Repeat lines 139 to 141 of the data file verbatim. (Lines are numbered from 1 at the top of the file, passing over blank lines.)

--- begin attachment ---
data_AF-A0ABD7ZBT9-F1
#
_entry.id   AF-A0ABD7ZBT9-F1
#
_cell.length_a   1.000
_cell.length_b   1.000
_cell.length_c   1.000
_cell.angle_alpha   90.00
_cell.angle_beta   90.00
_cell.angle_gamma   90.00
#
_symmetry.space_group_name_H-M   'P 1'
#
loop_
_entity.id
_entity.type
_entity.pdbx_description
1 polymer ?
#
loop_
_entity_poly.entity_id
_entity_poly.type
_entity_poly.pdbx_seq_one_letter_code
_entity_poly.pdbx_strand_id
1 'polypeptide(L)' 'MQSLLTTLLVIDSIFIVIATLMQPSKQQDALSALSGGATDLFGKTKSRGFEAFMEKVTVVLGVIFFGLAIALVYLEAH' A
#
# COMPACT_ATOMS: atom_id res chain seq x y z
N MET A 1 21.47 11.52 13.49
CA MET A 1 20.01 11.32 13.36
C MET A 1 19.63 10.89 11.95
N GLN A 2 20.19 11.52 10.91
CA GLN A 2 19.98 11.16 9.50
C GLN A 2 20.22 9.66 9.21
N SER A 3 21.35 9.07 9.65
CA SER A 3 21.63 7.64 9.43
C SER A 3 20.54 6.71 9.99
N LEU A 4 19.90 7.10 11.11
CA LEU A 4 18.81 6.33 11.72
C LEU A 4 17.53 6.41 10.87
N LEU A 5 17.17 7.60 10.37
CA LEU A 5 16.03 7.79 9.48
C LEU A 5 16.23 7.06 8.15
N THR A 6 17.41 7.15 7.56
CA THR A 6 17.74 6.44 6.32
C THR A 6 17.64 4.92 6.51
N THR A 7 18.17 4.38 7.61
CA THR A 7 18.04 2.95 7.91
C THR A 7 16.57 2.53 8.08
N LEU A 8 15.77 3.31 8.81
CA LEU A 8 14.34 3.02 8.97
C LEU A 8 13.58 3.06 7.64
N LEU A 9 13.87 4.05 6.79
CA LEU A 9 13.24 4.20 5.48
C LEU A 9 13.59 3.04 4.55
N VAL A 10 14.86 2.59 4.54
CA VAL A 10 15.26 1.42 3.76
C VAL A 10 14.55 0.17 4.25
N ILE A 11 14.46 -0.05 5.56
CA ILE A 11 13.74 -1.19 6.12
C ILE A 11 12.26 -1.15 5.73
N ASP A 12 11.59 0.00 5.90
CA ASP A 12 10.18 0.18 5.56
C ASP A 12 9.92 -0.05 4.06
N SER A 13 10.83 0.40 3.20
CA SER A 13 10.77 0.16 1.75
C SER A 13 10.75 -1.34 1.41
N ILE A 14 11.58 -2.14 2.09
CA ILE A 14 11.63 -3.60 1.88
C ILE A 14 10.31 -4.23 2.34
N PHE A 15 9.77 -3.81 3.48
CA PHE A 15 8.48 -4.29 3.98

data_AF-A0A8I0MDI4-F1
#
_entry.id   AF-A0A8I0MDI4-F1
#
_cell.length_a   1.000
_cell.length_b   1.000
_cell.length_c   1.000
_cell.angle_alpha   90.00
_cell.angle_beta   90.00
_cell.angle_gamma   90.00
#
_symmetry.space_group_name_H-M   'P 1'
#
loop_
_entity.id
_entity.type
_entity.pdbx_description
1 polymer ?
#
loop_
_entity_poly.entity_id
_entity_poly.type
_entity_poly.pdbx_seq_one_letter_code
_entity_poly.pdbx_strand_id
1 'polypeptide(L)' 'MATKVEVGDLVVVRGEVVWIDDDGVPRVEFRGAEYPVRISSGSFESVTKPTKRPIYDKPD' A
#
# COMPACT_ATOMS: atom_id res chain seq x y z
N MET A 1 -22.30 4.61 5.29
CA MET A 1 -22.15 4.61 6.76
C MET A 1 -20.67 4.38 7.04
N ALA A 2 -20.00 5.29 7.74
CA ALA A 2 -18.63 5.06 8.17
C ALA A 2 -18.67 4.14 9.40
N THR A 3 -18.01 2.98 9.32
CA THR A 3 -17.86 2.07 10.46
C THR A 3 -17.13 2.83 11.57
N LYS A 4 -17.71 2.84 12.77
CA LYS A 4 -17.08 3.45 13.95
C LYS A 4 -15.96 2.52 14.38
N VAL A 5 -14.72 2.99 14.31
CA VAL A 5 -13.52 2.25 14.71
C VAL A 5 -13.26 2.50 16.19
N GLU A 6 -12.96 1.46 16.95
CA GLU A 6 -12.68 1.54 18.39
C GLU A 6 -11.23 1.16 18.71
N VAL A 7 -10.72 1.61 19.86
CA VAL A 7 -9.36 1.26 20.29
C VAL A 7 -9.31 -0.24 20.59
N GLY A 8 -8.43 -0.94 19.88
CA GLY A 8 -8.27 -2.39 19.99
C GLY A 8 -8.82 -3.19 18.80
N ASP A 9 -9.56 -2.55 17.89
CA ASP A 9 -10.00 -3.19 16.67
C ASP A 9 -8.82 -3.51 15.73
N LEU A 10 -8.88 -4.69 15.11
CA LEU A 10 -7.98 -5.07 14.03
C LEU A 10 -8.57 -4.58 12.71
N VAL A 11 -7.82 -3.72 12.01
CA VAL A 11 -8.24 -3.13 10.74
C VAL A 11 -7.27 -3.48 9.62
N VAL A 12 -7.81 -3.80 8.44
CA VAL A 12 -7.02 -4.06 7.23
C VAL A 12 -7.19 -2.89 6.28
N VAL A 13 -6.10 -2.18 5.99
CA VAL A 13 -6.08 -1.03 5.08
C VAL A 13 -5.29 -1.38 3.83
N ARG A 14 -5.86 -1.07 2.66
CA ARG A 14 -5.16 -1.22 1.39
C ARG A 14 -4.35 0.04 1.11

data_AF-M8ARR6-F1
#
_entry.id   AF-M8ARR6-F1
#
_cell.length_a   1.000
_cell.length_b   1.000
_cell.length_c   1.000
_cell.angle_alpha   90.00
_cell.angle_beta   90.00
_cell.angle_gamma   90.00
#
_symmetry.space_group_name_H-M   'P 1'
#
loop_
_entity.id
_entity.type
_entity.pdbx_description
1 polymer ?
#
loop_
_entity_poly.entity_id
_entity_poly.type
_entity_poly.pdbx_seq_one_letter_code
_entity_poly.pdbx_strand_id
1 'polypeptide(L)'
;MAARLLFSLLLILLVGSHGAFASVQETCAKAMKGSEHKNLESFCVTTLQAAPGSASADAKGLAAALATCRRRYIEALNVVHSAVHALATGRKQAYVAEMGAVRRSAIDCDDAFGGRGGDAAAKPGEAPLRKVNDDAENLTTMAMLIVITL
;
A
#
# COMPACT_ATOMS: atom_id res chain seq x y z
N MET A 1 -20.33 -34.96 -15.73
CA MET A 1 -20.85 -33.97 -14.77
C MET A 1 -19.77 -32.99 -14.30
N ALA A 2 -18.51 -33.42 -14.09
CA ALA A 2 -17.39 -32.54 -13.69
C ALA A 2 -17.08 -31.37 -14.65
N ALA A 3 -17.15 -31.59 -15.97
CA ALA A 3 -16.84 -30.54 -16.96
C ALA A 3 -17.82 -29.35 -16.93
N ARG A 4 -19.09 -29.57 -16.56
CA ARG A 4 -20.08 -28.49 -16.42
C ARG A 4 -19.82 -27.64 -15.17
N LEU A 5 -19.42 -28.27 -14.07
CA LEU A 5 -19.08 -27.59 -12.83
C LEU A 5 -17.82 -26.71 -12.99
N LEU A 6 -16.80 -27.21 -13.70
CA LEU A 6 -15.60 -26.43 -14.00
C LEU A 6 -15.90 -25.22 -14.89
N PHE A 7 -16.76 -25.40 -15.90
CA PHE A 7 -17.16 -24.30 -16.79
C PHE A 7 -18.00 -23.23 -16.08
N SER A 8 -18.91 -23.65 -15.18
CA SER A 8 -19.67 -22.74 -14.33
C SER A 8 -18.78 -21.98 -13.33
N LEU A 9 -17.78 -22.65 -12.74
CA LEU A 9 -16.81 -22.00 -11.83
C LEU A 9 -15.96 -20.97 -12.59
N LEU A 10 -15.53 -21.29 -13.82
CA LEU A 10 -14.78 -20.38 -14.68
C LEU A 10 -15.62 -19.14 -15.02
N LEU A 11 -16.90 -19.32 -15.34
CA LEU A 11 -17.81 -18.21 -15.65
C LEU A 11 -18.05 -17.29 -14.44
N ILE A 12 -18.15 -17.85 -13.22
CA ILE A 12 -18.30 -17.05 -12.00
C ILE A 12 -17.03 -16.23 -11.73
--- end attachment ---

CA ARG A 14 -5.16 -1.22 1.39
C ARG A 14 -4.35 0.04 1.11

data_AF-M8ARR6-F1